I'm practically falling over with relief that another Remembrance Day is over. Its usefulness as a buffer between Hallowe'en and Christmas is totally overshadowed by my ambivalence about it. I think it's important to honour war veterans--for real. I think it would be extra great if we could honour them by taking care of them a little better, that that would mean more than those goddamn poppies, but if all we have to offer them for risking their lives for us is a stupid lapel flower, then maybe we should wear it and mean it. On the other hand, so many wars are fought for reasons that have nothing to do with the liberty we talk about on November eleventh. See Iraq, if anyone has any questions about what I mean. And part of me is horrified about the way we talk about war on this day, as if it imparts some sort of glory. We have not figured out how to respect the people who went where we asked them to go, did what we asked them to do, without talking about war as some sort of glory. War is the dirty work of nations. It is the shittiest job I can imagine. There's nothing glorious about sending a bunch of scared kids to go and kill other people for you, no matter what freedoms it protects or wins. We are willing to ask the people who have the least among us to go and give everything, including their lives, and they often do because it's the clearest way to more education, a steady paycheque. It gave me a sick sense of satisfaction to watch Michael Moore in Fahrenheit 9/11 trying to convince U.S. government members to get their kids to enlist. If the people who make the decision to go to war were required to go themselves, or to send their children, it would be a much more careful world.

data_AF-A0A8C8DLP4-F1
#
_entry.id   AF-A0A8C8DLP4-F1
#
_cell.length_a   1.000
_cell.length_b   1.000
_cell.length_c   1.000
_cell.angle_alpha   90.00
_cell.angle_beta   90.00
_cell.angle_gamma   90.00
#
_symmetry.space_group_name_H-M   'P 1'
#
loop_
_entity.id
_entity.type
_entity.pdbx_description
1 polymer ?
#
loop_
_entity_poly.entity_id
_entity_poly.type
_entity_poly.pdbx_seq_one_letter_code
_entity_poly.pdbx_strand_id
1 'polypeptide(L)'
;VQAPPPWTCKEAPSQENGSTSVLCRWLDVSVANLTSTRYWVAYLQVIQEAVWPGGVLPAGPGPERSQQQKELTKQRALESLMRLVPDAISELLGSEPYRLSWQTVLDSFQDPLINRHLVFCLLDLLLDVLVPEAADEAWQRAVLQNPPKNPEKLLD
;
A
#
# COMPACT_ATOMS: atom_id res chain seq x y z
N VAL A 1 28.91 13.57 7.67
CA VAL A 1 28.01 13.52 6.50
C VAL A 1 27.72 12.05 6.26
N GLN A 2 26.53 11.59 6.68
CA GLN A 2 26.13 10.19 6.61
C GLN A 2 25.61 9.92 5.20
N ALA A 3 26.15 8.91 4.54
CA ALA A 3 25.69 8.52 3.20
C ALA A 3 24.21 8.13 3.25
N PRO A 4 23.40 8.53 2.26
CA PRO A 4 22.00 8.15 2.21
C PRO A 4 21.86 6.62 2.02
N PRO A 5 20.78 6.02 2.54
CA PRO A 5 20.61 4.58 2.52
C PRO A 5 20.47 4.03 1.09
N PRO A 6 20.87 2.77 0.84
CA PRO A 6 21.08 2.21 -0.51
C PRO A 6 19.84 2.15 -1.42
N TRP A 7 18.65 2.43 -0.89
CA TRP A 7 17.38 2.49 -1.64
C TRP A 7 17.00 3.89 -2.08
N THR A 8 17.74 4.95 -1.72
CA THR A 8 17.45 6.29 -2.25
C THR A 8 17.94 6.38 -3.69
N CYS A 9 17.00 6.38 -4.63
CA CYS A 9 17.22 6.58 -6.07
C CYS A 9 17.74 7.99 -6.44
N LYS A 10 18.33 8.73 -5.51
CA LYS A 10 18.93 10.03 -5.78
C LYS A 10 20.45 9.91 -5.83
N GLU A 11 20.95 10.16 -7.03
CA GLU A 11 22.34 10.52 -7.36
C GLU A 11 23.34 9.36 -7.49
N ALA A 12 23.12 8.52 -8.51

On the other hand (or is it the same hand? it's so hard to tell) I memorized "In Flanders Fields" as a kid, and it still makes me cry.